at 2. He also testified that he would not opine as to the anatomical impairment ratings or
disability ratings. See id.
Home Depot originally filed the instant motions on August 11, 2017, consistent with
the Court’s pretrial deadlines and scheduling order. See Record Documents 27 and 28.
Subsequent to the filing, Butler moved on August 18, 2017 to continue trial due to her
decision to undergo a cervical surgery. See Record Document 35. After a telephone
conference on August 30, 2017, the Court granted the motion to continue. See Record
Document 45. A new scheduling order was issued, with a deadline for Butler’s expert
disclosures and reports, pursuant to F.R.C.P. 26(a)(2)(B), on December 11, 2017. See
Record Document 46. The scheduling order also set a new deadline for filing Daubert
motions for March 12, 2018. See id. In accordance with the updated deadlines, Butler
produced expert disclosures on November 27, 2017. See Record Document 60-4. The
disclosures, with respect to Green, contain no new or additional documents. Instead,
Butler reproduced the same May 11, 2017 report from Green consisting of one paragraph.
See id. The remaining disclosures were select medical records from treating providers.
In response to the Court’s order filed on March 2, 2018 (Record Document 58),
Home Depot again filed its motion in limine and partial motion for summary judgment on
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March 12, 2018. See Record Documents 60 and 61. Butler has opposed each motion.
See Record Documents 70 and 71. Home Depot, in turn, has replied. See Record
Documents 75 and 76. Thus, the motions are ripe for decision.
LAW AND ANALYSIS
Home Depot’s Motion in Limine
Home Depot argues Green should be excluded as an expert because (1) his report
cannot meet the standards of reliability and admissibility set forth in Daubert and its
progeny and (2) Butler failed to comply with the Federal Rules of Civil Procedure
regarding expert disclosures and the Court’s scheduling order. See Record Document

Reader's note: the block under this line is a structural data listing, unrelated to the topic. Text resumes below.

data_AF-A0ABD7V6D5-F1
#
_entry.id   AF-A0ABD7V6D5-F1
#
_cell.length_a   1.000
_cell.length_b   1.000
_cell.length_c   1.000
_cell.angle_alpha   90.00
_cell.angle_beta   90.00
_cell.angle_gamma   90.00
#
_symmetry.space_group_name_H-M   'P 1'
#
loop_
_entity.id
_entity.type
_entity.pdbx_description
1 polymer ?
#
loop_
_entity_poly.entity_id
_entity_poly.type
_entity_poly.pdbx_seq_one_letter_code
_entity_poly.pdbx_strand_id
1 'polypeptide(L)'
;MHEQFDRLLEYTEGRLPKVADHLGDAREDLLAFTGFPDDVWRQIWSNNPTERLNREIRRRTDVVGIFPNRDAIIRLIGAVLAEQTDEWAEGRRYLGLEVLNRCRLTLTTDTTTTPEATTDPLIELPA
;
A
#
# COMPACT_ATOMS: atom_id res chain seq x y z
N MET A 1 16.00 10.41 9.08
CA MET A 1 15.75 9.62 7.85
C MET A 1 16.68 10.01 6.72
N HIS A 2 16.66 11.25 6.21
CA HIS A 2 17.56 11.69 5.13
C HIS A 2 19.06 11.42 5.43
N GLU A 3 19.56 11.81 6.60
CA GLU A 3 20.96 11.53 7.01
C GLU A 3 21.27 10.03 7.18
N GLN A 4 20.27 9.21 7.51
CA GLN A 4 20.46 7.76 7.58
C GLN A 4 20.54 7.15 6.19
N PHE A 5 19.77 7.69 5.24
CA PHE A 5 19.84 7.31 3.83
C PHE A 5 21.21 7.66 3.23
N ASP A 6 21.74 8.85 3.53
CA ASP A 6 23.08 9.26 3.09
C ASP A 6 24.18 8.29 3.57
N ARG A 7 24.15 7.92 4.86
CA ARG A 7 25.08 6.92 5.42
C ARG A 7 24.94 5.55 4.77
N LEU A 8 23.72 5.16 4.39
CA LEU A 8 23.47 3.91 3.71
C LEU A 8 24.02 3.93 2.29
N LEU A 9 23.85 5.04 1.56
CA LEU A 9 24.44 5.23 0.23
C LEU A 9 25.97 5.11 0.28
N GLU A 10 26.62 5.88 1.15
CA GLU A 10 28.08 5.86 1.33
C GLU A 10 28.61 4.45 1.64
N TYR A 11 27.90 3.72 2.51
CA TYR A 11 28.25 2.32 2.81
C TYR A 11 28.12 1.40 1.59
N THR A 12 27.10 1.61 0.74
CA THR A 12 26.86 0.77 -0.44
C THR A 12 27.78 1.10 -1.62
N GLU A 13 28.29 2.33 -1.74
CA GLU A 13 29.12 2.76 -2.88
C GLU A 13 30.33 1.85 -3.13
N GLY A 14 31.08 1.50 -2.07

60-1 at 3-7. Butler contends Daubert does not apply to the instant matter, and even if it
does, Green’s report is reliable, claiming Home Depot may attack Green’s report at trial
on cross-examination and in its argument. Further, Butler asserts an expert may testify
without prior disclosure of the underlying facts and/or data upon which he relies, pursuant
to Fed. R. Evid. 705. See Record Document 70 at 3-10.
Under Fed. R. Evid. 702, an expert witness “may testify in the form of an opinion
or otherwise if: (a) the expert's scientific, technical, or other specialized knowledge will
help the trier of fact to understand the evidence or to determine a fact in issue; (b) the
testimony is based on sufficient facts or data; (c) the testimony is the product of reliable
principles and methods; and (d) the expert has reliably applied the principles and methods
to the facts of the case.” The United States Supreme Court, in Daubert v. Merrell Dow
Pharm., Inc., 509 U.S. 579, 589, 113 S.Ct. 2786, 2795 (1993), described a trial judge's
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“gatekeeping” role under Fed. R. Evid. 702 to “ensure that any and all scientific testimony
or evidence admitted is not only relevant, but reliable.” 2
In determining whether expert testimony is reliable, a trial judge must assess
“whether the reasoning or methodology underlying the testimony is scientifically valid.”
Knight v. Kirby Inland Marine Inc., 482 F.3d 347, 352 (5th Cir. 2007), citing Daubert, 509
U.S. at 592-93. The Supreme Court has specified several non-exclusive factors to guide
courts in making a reliability determination: “(1) whether the expert's theory can or has
been tested, (2) whether the theory has been subject to peer review or publication, (3)
the known or potential rate of error of a technique or theory when applied, (4) the
existence and maintenance of standards and controls, and (5) the degree to which the
technique or theory has been generally accepted in the scientific community.” Daubert,
509 U.S. at 593-94.
The Daubert reliability analysis is flexible, meaning that “not every Daubert factor
will be applicable in every situation.” Guy v. Crown Equipment Corp., 394 F.3d 320, 325
(5th Cir. 2004), citing Kumho Tire, 526 U.S. at 151. Accordingly, district courts “have
considerable leeway in deciding in a particular case how to go about determining whether
particular expert testimony is reliable.” Kumho Tire, 526 U.S. at 152. The focus of the
analysis, however, “must be solely on principles and methodology, not on the conclusions
that they generate.” Daubert, 509 U.S. at 595. Ultimately, the party offering the expert